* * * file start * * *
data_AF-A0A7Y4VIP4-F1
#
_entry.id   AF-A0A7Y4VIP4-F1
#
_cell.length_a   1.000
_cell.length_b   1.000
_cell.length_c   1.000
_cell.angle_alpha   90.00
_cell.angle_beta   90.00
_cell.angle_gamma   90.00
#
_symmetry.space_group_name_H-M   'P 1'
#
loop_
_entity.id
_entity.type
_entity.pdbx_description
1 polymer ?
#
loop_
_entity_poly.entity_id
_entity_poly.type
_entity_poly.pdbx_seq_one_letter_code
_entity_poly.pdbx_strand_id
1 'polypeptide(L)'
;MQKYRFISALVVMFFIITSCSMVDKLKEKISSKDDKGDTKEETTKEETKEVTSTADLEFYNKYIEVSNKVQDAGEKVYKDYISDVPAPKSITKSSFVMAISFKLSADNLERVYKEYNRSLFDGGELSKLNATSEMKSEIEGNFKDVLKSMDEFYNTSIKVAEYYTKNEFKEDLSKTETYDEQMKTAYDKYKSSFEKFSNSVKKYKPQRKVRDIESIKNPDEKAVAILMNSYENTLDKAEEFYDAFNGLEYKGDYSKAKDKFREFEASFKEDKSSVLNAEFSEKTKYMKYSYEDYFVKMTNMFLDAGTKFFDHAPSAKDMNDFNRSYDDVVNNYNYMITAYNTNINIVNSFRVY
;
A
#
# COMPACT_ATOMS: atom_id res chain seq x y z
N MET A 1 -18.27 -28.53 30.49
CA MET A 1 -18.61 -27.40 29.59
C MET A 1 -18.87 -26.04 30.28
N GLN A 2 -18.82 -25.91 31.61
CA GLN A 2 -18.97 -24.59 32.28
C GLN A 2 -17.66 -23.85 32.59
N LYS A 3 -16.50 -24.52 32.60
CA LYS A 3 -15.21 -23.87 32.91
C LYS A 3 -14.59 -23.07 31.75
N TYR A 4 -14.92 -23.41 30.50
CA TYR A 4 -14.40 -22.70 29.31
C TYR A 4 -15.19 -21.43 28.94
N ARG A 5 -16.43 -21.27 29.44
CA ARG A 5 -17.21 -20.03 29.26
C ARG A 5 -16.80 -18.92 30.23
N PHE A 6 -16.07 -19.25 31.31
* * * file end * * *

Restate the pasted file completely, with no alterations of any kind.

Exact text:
data_AF-A0A7Y4VIP4-F1
#
_entry.id   AF-A0A7Y4VIP4-F1
#
_cell.length_a   1.000
_cell.length_b   1.000
_cell.length_c   1.000
_cell.angle_alpha   90.00
_cell.angle_beta   90.00
_cell.angle_gamma   90.00
#
_symmetry.space_group_name_H-M   'P 1'
#
loop_
_entity.id
_entity.type
_entity.pdbx_description
1 polymer ?
#
loop_
_entity_poly.entity_id
_entity_poly.type
_entity_poly.pdbx_seq_one_letter_code
_entity_poly.pdbx_strand_id
1 'polypeptide(L)'
;MQKYRFISALVVMFFIITSCSMVDKLKEKISSKDDKGDTKEETTKEETKEVTSTADLEFYNKYIEVSNKVQDAGEKVYKDYISDVPAPKSITKSSFVMAISFKLSADNLERVYKEYNRSLFDGGELSKLNATSEMKSEIEGNFKDVLKSMDEFYNTSIKVAEYYTKNEFKEDLSKTETYDEQMKTAYDKYKSSFEKFSNSVKKYKPQRKVRDIESIKNPDEKAVAILMNSYENTLDKAEEFYDAFNGLEYKGDYSKAKDKFREFEASFKEDKSSVLNAEFSEKTKYMKYSYEDYFVKMTNMFLDAGTKFFDHAPSAKDMNDFNRSYDDVVNNYNYMITAYNTNINIVNSFRVY
;
A
#
# COMPACT_ATOMS: atom_id res chain seq x y z
N MET A 1 -18.27 -28.53 30.49
CA MET A 1 -18.61 -27.40 29.59
C MET A 1 -18.87 -26.04 30.28
N GLN A 2 -18.82 -25.91 31.61
CA GLN A 2 -18.97 -24.59 32.28
C GLN A 2 -17.66 -23.85 32.59
N LYS A 3 -16.50 -24.52 32.60
CA LYS A 3 -15.21 -23.87 32.91
C LYS A 3 -14.59 -23.07 31.75
N TYR A 4 -14.92 -23.41 30.50
CA TYR A 4 -14.40 -22.70 29.31
C TYR A 4 -15.19 -21.43 28.94
N ARG A 5 -16.43 -21.27 29.44
CA ARG A 5 -17.21 -20.03 29.26
C ARG A 5 -16.80 -18.92 30.23
N PHE A 6 -16.07 -19.25 31.31